• Track 5-4Steepest Descent Method
  • Track 5-5Conjugate Gradient Method
  • Track 5-6 Structure-Based Computer-Aided Drug Design
  • Track 5-7Ligand-Based Computer-Aided Drug Design
  • Track 5-8Molecular Docking
  • Track 5-9Database Searching
  • Track 5-10de novo Drug Design
  • Track 6-1Bioanalytical Techniques
  • Track 6-2Hyphenated Techniques
  • Track 6-3Chromatography Methods
  • Track 6-4Electrophoresis
  • Track 6-5Ligand Binding Assays
  • Track 6-6Mass Spectrometry
  • Track 6-7Nuclear Magnetic Resonance
  • Track 6-8Sample preparation and extraction
  • Track 6-9Natural Products Synthesis
  • Track 6-10Synthetic methodology
  • Track 6-11Catalysis
  • Track 6-12New synthetic technologies
  • Track 6-13Medicinal Chemistry and Chemical Biology
  • Track 6-14Synthesis of nano and functionalized Materials

“Drug discovery” has historically been a stronghold of chemistry, especially natural products chemistry and synthetic organic chemistry. Chemistry is thus inherently well-positioned to have a major impact on drug discovery, since other disciplines cannot create novel small molecules. In other words, “drug discovery and development” cannot happen without chemists.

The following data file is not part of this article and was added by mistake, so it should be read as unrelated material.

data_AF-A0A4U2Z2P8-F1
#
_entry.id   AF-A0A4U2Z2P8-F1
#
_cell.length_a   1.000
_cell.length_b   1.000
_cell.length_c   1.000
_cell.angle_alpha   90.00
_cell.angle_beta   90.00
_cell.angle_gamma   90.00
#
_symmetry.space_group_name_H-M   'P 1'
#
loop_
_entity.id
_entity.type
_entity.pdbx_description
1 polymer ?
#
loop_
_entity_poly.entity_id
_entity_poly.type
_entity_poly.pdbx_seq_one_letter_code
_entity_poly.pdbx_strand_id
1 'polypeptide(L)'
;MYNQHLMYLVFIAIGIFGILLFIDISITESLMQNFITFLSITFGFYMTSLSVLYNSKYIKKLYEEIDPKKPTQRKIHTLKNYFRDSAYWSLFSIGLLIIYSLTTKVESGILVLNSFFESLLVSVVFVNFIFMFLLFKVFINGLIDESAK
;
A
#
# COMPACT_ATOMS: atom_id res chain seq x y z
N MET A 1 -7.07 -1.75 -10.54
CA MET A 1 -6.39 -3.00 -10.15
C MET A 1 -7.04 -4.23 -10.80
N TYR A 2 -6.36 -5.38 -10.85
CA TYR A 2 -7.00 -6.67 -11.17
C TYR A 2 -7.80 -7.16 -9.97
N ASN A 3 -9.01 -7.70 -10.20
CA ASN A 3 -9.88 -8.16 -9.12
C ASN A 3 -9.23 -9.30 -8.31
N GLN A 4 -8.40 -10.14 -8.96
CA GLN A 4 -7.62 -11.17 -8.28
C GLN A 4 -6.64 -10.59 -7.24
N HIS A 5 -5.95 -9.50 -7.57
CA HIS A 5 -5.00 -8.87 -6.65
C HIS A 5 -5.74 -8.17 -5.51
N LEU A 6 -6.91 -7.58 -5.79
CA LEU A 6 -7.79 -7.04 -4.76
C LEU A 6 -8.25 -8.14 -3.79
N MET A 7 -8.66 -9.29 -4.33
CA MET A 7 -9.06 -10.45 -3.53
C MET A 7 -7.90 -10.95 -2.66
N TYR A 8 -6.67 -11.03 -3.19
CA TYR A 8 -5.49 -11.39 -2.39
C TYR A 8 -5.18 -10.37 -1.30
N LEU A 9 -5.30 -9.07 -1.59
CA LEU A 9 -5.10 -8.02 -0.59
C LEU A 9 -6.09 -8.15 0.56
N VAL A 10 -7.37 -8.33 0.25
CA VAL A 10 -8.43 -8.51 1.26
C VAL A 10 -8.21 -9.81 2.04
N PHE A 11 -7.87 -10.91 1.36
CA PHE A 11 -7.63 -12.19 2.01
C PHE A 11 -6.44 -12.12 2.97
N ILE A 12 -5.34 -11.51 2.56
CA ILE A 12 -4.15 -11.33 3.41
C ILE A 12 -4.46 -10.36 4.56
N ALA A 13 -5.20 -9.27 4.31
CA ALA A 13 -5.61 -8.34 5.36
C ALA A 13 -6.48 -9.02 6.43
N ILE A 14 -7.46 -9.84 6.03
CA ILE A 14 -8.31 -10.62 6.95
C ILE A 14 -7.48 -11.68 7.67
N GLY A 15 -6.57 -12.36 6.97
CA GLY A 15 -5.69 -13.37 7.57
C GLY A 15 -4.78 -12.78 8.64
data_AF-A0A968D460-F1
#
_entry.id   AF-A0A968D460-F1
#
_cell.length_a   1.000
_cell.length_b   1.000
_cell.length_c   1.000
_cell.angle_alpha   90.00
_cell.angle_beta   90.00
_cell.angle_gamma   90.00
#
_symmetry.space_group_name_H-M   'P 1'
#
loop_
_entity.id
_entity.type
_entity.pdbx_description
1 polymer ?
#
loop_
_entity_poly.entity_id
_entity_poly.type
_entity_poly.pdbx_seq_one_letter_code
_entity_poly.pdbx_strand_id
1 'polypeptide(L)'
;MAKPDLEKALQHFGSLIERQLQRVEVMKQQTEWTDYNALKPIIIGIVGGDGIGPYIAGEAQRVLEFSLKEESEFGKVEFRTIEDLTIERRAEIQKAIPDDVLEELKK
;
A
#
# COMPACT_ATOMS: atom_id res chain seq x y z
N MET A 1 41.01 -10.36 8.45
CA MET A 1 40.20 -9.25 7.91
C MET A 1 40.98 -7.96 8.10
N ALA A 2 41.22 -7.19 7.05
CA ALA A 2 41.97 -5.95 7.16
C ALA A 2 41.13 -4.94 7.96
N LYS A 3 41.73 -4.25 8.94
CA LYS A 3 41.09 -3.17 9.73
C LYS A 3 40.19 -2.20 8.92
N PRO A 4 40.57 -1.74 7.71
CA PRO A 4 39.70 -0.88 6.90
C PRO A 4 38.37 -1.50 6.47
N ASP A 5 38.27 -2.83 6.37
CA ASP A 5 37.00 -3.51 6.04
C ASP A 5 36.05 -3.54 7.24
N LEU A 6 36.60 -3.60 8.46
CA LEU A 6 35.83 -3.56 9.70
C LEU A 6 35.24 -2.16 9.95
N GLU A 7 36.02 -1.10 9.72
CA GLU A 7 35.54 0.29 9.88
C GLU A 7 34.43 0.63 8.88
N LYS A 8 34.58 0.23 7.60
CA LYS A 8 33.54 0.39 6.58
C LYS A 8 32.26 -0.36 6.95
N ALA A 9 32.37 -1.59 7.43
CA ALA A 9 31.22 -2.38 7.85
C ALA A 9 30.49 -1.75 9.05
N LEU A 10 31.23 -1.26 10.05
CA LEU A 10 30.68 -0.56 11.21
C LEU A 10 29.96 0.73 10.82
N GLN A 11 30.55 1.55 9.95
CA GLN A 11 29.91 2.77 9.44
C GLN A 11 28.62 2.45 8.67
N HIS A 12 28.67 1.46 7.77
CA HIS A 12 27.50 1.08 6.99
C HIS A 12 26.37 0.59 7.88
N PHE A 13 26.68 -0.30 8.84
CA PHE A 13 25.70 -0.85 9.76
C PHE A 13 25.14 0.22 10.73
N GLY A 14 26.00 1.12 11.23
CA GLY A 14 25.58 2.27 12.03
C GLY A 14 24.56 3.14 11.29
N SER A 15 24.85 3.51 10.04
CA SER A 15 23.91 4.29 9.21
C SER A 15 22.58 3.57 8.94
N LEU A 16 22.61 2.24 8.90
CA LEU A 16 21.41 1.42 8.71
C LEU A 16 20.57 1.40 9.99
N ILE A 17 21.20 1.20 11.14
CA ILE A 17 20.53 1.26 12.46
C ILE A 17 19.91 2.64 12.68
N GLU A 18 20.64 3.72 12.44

• Track 7-1Targeted protein degradation / PROTACs
  • Track 7-2DNA Encoded Libraries
  • Track 7-3Hit-to-Lead Optimization
  • Track 7-4Predictive Toxicology – Improving Compound Safety
  • Track 7-5Artificial Intelligence in Medicinal Chemistry
  • Track 7-6Optimizing Outsourcing Activities
  • Track 8-1Drug Discovery Chemistry – where are we heading
  • Track 8-2Target Validation using Medicinal Chemistry tools
  • Track 8-3Optimizing hit to lead optimization quality and timescale
  • Track 8-4Best Practice Case Studies
  • Track 8-5Data for decision making
  • Track 8-6Protein Degradation Strategies
  • Track 8-7Future of Medicinal Chemistry
  • Track 9-1Kinase Inhibitors
  • Track 9-2Approaches to Optimization and Characterization
  • Track 9-3Inhibitors for Rare Diseases
  • Track 9-4Recent Advances in Screening Approaches to Lead Identification